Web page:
Labour

Physical work is a counterpart to writing. I wrote my first novel while working in a furniture workshop; I wrote dozens of short stories, and started Riptide, while making yurts for a carpenter.

As a teacher, my life is at once more manic and more sedentary, but my ongoing house restoration has provided frequent and occasionally brutal reminders of what it is to work with my hands. This weekend, it was the turn of the garden. Along with my dad and my father-in-law, I put up a fence, laid a patio, cut down two trees and cleared a ton of rubble. It’s been an exhausting, sweltering few days, and my hands and arms are riddled with scratches and grazes and splinters, but that seems a fair price to pay for the achievement.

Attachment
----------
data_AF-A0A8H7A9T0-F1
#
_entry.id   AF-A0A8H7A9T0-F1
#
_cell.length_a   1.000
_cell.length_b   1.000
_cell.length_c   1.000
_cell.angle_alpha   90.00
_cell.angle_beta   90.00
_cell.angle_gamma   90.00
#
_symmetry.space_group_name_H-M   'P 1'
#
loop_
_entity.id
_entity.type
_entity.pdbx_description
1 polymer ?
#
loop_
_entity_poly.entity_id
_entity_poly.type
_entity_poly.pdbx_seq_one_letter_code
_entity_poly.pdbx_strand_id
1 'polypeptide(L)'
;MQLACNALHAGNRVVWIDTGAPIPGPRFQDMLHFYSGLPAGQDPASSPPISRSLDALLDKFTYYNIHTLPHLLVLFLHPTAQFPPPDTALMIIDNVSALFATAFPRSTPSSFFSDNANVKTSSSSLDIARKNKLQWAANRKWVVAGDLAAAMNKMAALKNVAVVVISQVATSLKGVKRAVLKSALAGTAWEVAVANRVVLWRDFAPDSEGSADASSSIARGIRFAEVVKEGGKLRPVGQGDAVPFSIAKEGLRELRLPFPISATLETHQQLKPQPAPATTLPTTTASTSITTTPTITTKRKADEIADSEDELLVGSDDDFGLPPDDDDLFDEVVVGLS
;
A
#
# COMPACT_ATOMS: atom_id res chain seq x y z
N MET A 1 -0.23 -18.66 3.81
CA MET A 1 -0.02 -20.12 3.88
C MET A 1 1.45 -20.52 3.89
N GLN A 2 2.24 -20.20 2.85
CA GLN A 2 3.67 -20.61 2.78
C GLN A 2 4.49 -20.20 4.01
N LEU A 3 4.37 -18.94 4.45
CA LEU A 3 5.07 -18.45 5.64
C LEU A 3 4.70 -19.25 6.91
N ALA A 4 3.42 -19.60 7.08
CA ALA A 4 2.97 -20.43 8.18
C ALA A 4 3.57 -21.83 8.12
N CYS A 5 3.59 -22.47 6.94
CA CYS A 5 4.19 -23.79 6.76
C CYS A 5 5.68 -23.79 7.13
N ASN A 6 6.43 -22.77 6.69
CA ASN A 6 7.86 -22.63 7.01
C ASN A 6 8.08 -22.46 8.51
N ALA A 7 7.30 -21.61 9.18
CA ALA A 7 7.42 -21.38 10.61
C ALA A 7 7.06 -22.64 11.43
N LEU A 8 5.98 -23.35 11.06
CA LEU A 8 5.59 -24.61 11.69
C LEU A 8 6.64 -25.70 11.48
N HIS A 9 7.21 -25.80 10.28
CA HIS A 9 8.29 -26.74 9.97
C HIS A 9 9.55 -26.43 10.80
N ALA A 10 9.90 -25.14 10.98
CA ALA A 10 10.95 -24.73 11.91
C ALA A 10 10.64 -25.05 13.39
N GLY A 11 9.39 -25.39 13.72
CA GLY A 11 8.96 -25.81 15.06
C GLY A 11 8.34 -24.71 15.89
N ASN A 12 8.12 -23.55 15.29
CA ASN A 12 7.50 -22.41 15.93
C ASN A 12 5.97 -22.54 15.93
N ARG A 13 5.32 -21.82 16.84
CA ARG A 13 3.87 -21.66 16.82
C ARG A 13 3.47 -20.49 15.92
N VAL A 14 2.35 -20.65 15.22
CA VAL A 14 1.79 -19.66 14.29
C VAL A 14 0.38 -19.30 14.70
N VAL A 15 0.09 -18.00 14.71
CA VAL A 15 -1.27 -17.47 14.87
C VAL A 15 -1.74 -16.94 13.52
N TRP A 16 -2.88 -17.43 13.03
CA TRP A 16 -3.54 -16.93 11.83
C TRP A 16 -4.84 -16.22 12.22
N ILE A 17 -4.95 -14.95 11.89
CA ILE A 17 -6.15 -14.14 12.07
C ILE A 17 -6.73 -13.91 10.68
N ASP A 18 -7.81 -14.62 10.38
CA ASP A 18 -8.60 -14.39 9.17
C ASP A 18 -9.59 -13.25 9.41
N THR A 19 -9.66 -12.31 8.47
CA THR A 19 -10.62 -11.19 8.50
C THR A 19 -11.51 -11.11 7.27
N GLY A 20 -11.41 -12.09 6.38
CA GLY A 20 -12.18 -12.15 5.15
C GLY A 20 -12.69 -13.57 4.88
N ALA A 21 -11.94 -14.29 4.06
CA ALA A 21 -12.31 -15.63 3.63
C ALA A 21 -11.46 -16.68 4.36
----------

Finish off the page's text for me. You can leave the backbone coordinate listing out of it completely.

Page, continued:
Physical labour is good for my brain. It allows me to switch off, for a while, through either the concentration or monotony of the task, and the blank space it leaves allows the formation of thoughts. Climbing does the same trick. About halfway through the fencing, I had a mini-brainwave about my new novel. Two sequences quietly switched places, and the narrative opened up a little more. I’m coming closer to blocking out the plot all the time, just making notes and letting it simmer in the background. Even if my hands are cut to shreds, it’s healthy to remember how to use them for more than typing.

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